It’s the beginning of October and apart from the fact that it gets dark gone half past seven, there’s not much sign of autumn yet.
Instead, we have this mellow calm, like a deep breath taken and held. You know it’s an illusion. You know it can’t last. You know that there’ll be rain and gloom and misty chill creeping into your life soon enough. But for the moment you shrug your shoulders and plan to spend lunch and teatime in the garden. Again.
That mellowness sneaks up on the Muse, too. Rather than plot drug hunts through London’s Victorian heritage, as she should, she fixates on Debussy and Prélude à l’après-midi d’un faune and decides to gift me with a glimpse of Tom and Julian instead. But since it’s true that Julian always works too much, it’s also conceivable that Tom would go to some lengths to ensure his man took a break. And hence, we picture this:
The clear notes of the clarinet soared to a dizzying height, then dipped and swayed like a butterfly drunk on sunlight. Tom relaxed into his lounger and let the melody wash over him, blanket his senses like the soft scent of lilac that wafted on the breeze and the warmth of the sun on his skin. This… was bliss. England as she rarely showed herself: sun-drenched and peaceful and balmy.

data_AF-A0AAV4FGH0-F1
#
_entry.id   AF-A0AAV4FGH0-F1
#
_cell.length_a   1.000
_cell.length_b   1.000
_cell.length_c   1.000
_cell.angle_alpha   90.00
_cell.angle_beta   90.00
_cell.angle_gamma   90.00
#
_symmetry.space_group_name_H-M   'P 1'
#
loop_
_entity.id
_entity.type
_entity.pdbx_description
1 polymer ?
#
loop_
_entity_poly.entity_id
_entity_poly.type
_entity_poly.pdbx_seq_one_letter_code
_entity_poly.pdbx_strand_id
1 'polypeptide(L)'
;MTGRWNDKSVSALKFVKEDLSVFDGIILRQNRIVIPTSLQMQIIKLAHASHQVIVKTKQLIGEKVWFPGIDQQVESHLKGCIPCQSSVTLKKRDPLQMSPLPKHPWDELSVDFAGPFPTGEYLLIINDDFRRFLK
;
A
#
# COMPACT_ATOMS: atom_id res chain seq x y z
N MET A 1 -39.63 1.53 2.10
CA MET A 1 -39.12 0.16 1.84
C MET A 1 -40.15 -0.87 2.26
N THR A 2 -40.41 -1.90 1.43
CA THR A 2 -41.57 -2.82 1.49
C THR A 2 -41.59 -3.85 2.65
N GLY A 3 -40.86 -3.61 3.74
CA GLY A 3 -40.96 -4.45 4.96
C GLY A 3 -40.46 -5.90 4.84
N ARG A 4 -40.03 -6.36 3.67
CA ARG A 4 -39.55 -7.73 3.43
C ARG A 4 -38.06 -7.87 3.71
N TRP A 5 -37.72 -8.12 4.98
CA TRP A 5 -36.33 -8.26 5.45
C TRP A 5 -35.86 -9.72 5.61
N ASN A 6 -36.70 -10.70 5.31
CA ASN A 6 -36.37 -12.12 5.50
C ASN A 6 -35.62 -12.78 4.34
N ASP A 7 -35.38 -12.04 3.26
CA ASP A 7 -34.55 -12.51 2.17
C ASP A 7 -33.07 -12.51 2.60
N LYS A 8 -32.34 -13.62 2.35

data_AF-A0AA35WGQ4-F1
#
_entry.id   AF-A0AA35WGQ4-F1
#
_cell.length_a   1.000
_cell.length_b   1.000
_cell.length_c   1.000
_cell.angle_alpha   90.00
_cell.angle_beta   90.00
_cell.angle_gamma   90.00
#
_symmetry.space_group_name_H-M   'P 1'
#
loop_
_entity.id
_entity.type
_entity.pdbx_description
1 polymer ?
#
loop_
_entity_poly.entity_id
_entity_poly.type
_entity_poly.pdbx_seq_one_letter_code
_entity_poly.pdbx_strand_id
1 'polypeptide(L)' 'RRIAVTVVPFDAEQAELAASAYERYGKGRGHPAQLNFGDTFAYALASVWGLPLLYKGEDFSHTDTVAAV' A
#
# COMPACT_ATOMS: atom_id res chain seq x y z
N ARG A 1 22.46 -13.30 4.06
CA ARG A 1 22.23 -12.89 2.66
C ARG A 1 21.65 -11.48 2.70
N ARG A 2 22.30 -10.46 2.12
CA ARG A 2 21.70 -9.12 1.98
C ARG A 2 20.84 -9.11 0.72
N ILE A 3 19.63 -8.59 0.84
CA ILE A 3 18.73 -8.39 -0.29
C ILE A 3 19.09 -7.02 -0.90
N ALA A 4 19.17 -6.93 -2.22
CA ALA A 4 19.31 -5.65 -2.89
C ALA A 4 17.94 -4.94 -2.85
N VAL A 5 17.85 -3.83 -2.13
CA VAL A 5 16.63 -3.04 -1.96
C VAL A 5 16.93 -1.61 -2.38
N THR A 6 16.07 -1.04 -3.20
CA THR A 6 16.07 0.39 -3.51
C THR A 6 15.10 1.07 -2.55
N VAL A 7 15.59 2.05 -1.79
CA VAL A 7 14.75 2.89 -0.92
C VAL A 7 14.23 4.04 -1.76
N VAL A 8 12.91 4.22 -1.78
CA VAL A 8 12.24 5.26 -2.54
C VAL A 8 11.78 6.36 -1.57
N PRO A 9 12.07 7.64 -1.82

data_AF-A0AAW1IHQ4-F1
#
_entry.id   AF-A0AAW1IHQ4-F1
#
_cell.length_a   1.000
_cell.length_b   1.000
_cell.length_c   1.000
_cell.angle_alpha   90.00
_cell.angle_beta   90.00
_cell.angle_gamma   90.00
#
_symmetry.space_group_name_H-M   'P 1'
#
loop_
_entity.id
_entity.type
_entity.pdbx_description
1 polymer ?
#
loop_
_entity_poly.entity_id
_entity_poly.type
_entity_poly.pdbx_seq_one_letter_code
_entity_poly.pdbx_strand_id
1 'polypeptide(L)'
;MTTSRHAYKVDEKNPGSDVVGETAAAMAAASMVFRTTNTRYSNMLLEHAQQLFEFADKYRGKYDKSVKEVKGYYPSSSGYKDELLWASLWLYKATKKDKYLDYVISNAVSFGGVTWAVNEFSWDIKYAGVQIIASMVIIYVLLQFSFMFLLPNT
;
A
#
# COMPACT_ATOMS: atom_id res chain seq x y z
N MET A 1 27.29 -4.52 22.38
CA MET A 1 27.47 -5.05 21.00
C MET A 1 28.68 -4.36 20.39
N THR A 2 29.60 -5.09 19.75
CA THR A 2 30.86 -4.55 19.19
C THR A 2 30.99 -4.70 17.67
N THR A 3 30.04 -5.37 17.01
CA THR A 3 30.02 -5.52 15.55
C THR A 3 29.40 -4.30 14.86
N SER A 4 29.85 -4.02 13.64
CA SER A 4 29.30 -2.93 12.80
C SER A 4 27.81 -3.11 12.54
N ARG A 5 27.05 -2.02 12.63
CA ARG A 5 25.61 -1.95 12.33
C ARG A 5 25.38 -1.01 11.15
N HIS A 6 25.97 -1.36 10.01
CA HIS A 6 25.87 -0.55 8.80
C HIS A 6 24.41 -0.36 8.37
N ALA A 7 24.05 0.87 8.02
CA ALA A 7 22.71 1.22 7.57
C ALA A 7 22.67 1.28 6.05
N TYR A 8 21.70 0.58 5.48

A sudden touch of cold on his chest jerked him out of his blissful musings and Tom opened startled eyes to come face to face with a dew-covered bottle of Stella. And the intent amethyst eyes of the man holding it out to him.
“I so wish you’d stop sneaking up on me, but since you come bearing gifts I’ll forgive you.”
“You don’t say.” Julian Nancarrow, wearing only loose drawstring pants and espadrilles, lifted his own bottle and took a long draught, leaving Tom to admire the flowing hair, flawless skin and graceful long neck while trying to not get distracted by a six pack of abs and the trail of dark hair that teased its way south from the man’s navel. The mining tycoon was stunning every way Tom looked at him. So stunning that the redhead’s ideas of a peaceful afternoon spent lounging in the sun took on a decidedly heated tint.